• Sustainability (requirements) can also be incorporated into the precise technical specifications regarding the subject-matter of the contract. These range from contract performance to functional requirements regarding environmental characteristics. Contracting authorities must accompany the specifications with a clear description of the relevant evidence and ensure equal access for all bidders. Social and ethical considerations cannot be set as technical specifications because they usually do not have a direct connection with the subject-matter of the contract. 
  • The life-cycle cost criterion is a useful consideration for assessing sustainability. Although legitimate, this criterion is not always neutral if it concerns an incumbent bidder (especially one that has previously won a similar contract and may not incur placement costs in the context of the new contract) compared to other bidders. It also implies that the contracting authority can identify and check (and limit if necessary) these costs. 

Sustainability requirements can also be reflected in other award criteria as long as (i) they relate to the public contract in question, (ii) they do not allow the contracting authority to have absolute discretion, (iii) they are mentioned in the procurement documents or the specifications, and (iv) the principles of equality, transparency, and competition are adhered to. However, sustainable award criteria are beneficial only if there is an actual pursuit towards more sustainability/innovation (e.g., a certain percentage of electricity sourced from renewable energy sources). It is more difficult to determine the social award criteria, however, except for contracts with a social dimension.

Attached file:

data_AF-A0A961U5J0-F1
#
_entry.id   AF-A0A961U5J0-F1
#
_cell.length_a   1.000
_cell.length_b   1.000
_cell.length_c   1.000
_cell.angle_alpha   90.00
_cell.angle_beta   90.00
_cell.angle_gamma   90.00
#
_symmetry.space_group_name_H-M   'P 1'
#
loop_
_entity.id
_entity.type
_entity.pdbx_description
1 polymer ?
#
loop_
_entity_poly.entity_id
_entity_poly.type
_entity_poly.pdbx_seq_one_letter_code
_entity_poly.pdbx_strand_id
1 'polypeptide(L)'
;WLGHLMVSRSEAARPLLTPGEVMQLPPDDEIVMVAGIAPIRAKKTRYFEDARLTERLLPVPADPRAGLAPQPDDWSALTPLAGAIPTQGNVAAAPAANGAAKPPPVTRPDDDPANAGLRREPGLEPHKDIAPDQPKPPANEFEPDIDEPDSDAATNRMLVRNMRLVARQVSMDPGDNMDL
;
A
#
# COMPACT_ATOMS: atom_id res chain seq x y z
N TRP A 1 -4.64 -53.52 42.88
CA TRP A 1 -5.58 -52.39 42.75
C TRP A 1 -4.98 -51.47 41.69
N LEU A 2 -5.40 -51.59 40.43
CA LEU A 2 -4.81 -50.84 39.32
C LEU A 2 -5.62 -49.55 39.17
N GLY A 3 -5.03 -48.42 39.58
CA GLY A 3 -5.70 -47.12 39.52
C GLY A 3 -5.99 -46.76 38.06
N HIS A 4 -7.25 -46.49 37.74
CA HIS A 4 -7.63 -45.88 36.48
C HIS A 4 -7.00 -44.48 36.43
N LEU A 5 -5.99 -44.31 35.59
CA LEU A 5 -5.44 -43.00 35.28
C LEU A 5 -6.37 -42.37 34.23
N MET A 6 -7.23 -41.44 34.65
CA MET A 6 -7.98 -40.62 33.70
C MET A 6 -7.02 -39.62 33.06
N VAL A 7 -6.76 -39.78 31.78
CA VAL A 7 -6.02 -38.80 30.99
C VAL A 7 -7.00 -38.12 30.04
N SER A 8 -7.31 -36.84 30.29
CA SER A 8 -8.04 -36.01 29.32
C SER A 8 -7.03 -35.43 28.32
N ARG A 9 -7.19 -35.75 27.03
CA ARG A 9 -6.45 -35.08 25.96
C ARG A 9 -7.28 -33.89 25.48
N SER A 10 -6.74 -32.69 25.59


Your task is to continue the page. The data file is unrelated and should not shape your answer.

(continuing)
The weighting given to sustainable award criteria is important for the purpose of emphasizing this aspect effectively. However, it should be noted that the stricter the award criteria, the smaller the market segment. Another way to determine sustainable variants is to combine them with a sustainable award criterion. 

Contract performance conditions can relate to economic, innovation, or environmental considerations, as well as to employment or labour considerations. Employment or labour considerations are usually appropriate here. Of course, contract performance conditions must not be disguised in the specifications, selection, or award criteria, and the contracting authority must be able to verify these conditions. For this verification process, it must possess appropriate know-how and knowledgeable staff. 

All of this shows that sustainability can be considered in numerous aspects of public procurement. Depending on the circumstances, companies that propose sustainable and environmental aspects in their service or product offering might therefore have a better chance of winning the public contract. But the contracting authority will need to weigh the benefits against the drawbacks. Sustainability is positive for the environment and societal fabric. However, it usually comes at a higher price, and contracting authorities must have the necessary means to assess, control, and monitor the sustainable aspects of any public tender. 

France Vlassembrouck
Yassine Laghmiche
Iris Quevy